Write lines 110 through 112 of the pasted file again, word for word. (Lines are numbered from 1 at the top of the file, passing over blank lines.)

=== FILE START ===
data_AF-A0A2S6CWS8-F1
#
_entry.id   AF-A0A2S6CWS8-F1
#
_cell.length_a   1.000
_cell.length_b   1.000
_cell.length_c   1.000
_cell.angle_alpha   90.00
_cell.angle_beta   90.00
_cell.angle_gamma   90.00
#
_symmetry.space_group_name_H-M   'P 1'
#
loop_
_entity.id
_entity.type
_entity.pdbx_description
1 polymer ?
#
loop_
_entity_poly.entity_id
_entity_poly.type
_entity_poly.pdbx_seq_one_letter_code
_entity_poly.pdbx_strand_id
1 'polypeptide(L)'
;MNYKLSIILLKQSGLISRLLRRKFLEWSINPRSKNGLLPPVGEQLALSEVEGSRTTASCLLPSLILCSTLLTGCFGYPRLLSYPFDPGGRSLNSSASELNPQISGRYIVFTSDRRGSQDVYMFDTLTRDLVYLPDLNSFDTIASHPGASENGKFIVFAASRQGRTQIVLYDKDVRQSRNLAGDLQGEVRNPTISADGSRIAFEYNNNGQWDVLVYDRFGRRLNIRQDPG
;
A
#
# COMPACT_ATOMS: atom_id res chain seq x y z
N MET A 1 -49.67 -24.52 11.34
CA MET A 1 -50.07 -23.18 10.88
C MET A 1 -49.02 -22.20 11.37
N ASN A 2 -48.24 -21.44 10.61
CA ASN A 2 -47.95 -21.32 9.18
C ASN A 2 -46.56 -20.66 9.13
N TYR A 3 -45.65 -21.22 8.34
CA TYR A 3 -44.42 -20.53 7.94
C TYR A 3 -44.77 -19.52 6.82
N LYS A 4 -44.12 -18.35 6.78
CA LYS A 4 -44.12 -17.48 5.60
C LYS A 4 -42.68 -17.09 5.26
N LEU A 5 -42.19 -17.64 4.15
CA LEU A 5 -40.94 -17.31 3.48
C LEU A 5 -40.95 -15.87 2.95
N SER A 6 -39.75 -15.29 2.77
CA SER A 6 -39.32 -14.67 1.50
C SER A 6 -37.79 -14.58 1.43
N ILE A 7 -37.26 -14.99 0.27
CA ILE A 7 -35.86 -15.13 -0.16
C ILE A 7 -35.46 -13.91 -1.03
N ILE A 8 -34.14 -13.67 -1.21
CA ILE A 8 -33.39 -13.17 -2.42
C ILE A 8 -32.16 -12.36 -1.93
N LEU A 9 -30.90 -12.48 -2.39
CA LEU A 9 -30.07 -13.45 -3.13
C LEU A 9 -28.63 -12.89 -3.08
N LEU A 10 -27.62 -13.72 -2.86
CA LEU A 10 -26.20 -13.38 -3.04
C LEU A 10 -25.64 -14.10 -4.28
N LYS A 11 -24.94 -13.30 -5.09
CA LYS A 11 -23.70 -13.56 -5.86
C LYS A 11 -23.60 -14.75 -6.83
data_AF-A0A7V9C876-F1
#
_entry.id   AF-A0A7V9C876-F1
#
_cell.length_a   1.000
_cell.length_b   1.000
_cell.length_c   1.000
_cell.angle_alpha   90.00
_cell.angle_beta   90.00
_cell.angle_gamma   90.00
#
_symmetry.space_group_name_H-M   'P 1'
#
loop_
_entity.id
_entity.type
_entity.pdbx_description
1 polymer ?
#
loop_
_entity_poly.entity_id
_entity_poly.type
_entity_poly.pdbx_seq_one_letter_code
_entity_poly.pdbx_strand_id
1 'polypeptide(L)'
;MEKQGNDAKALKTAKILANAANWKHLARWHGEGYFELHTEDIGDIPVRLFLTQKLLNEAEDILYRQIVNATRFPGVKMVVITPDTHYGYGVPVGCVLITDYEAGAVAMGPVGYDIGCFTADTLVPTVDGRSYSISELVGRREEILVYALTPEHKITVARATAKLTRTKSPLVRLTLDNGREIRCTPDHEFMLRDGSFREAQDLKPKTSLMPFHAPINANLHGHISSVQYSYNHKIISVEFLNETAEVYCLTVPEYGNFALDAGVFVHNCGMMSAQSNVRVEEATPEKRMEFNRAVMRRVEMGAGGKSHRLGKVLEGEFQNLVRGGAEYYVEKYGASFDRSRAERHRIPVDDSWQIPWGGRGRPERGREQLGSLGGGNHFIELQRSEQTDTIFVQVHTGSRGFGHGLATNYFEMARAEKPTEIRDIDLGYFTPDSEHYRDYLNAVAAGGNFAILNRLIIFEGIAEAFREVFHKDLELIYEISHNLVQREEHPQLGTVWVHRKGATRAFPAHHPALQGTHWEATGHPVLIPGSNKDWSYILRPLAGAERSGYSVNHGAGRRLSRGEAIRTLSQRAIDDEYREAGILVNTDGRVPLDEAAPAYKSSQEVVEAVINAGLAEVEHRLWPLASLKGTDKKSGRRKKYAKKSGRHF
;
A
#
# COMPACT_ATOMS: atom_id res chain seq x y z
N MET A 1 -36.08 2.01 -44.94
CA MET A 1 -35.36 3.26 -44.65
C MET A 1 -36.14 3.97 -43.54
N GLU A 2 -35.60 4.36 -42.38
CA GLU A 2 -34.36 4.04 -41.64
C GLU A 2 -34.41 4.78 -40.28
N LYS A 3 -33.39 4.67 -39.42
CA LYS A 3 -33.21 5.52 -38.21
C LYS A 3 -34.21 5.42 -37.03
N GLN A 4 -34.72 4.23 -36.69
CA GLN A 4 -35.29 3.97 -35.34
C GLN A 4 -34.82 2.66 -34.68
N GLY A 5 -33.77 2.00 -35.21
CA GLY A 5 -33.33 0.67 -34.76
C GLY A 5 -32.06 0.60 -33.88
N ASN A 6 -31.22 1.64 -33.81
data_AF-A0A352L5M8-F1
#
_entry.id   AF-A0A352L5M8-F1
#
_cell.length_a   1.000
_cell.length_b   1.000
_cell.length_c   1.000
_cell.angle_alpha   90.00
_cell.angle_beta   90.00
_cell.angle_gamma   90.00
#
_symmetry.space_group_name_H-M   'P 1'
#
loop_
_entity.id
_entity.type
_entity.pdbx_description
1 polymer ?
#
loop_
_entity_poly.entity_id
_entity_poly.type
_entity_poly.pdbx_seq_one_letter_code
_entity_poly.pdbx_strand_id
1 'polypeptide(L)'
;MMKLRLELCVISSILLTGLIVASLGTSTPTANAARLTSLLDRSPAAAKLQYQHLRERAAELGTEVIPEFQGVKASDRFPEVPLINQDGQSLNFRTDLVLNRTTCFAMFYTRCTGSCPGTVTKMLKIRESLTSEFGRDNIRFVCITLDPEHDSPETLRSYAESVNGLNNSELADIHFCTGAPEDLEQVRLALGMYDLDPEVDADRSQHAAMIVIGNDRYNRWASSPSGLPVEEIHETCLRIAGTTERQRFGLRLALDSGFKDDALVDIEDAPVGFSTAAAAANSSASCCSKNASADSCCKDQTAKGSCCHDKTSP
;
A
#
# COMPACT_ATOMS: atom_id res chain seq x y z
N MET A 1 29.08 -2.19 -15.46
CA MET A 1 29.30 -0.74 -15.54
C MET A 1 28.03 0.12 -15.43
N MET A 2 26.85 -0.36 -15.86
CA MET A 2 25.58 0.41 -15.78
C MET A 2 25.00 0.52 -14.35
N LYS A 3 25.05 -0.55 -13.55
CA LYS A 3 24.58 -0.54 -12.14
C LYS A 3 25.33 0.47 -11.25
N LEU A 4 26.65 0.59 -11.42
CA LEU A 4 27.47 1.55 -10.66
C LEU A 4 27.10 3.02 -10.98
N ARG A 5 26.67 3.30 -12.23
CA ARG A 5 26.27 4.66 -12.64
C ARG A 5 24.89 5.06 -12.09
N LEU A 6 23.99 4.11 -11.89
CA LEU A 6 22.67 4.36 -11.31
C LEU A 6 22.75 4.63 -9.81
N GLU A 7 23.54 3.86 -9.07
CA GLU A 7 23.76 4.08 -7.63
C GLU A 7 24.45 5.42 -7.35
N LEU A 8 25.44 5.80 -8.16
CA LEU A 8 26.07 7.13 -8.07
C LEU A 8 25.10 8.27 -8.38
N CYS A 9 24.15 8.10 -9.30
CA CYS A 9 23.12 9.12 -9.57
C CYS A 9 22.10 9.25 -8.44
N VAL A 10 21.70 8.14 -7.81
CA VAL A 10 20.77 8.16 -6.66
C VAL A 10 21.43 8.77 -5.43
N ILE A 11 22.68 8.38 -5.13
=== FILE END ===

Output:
data_AF-A0A352L5M8-F1
#
_entry.id   AF-A0A352L5M8-F1